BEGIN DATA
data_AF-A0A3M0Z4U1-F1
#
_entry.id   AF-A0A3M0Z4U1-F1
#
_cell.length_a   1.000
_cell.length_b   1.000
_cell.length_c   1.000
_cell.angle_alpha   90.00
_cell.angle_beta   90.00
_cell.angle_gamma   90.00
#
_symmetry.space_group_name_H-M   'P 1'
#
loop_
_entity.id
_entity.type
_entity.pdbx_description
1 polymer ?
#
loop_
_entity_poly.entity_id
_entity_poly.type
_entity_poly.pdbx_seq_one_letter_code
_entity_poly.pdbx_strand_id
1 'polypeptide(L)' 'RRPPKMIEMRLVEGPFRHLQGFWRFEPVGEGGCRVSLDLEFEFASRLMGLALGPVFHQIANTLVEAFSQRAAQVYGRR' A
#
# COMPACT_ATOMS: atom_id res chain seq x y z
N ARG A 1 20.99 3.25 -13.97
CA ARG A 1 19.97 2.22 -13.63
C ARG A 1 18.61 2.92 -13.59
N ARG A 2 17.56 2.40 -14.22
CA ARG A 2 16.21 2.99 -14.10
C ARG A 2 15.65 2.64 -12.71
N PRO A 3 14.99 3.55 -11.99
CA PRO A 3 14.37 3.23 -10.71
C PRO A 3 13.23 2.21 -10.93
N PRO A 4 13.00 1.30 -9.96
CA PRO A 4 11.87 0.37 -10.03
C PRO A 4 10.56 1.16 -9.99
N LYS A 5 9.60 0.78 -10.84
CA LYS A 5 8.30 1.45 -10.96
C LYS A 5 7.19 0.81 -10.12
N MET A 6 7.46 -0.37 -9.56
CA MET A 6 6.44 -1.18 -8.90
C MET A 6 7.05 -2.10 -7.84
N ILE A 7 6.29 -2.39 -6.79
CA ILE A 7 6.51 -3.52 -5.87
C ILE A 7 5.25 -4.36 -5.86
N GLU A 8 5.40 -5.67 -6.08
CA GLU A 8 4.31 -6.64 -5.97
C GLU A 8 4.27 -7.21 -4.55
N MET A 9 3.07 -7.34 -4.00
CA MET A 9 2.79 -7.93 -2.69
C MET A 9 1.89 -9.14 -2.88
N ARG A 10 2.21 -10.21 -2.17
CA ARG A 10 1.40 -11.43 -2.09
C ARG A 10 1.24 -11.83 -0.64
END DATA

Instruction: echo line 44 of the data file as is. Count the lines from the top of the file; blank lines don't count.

CA MET A 6 6.44 -1.18 -8.90